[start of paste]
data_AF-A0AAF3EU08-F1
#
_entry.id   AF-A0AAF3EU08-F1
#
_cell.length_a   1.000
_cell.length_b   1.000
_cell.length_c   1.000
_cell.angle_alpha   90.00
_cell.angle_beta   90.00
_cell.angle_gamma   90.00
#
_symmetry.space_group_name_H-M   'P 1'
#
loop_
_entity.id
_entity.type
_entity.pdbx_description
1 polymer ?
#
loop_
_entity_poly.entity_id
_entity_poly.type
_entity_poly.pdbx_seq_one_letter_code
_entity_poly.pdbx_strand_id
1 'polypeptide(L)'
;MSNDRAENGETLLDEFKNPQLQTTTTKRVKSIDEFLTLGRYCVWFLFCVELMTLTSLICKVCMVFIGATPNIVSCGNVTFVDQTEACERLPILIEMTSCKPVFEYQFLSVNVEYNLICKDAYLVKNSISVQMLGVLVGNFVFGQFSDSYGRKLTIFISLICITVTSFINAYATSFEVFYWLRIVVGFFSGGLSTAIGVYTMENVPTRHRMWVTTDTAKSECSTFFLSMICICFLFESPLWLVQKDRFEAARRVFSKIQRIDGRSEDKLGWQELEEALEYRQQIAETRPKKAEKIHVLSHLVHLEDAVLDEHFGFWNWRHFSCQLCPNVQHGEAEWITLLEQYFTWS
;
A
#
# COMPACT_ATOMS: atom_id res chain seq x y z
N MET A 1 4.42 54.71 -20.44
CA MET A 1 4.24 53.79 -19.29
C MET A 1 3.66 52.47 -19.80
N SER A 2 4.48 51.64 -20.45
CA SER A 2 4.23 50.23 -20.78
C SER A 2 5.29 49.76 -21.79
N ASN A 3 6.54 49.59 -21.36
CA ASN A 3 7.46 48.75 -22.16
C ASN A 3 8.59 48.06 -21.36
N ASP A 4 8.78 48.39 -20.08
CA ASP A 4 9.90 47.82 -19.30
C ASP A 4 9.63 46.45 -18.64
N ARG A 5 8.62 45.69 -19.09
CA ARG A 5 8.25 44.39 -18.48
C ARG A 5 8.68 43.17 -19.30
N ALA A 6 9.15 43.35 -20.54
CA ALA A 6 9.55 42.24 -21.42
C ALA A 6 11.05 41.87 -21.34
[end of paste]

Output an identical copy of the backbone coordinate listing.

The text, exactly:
data_AF-A0AAF3EU08-F1
#
_entry.id   AF-A0AAF3EU08-F1
#
_cell.length_a   1.000
_cell.length_b   1.000
_cell.length_c   1.000
_cell.angle_alpha   90.00
_cell.angle_beta   90.00
_cell.angle_gamma   90.00
#
_symmetry.space_group_name_H-M   'P 1'
#
loop_
_entity.id
_entity.type
_entity.pdbx_description
1 polymer ?
#
loop_
_entity_poly.entity_id
_entity_poly.type
_entity_poly.pdbx_seq_one_letter_code
_entity_poly.pdbx_strand_id
1 'polypeptide(L)'
;MSNDRAENGETLLDEFKNPQLQTTTTKRVKSIDEFLTLGRYCVWFLFCVELMTLTSLICKVCMVFIGATPNIVSCGNVTFVDQTEACERLPILIEMTSCKPVFEYQFLSVNVEYNLICKDAYLVKNSISVQMLGVLVGNFVFGQFSDSYGRKLTIFISLICITVTSFINAYATSFEVFYWLRIVVGFFSGGLSTAIGVYTMENVPTRHRMWVTTDTAKSECSTFFLSMICICFLFESPLWLVQKDRFEAARRVFSKIQRIDGRSEDKLGWQELEEALEYRQQIAETRPKKAEKIHVLSHLVHLEDAVLDEHFGFWNWRHFSCQLCPNVQHGEAEWITLLEQYFTWS
;
A
#
# COMPACT_ATOMS: atom_id res chain seq x y z
N MET A 1 4.42 54.71 -20.44
CA MET A 1 4.24 53.79 -19.29
C MET A 1 3.66 52.47 -19.80
N SER A 2 4.48 51.64 -20.45
CA SER A 2 4.23 50.23 -20.78
C SER A 2 5.29 49.76 -21.79
N ASN A 3 6.54 49.59 -21.36
CA ASN A 3 7.46 48.75 -22.16
C ASN A 3 8.59 48.06 -21.36
N ASP A 4 8.78 48.39 -20.08
CA ASP A 4 9.90 47.82 -19.30
C ASP A 4 9.63 46.45 -18.64
N ARG A 5 8.62 45.69 -19.09
CA ARG A 5 8.25 44.39 -18.48
C ARG A 5 8.68 43.17 -19.30
N ALA A 6 9.15 43.35 -20.54
CA ALA A 6 9.55 42.24 -21.42
C ALA A 6 11.05 41.87 -21.34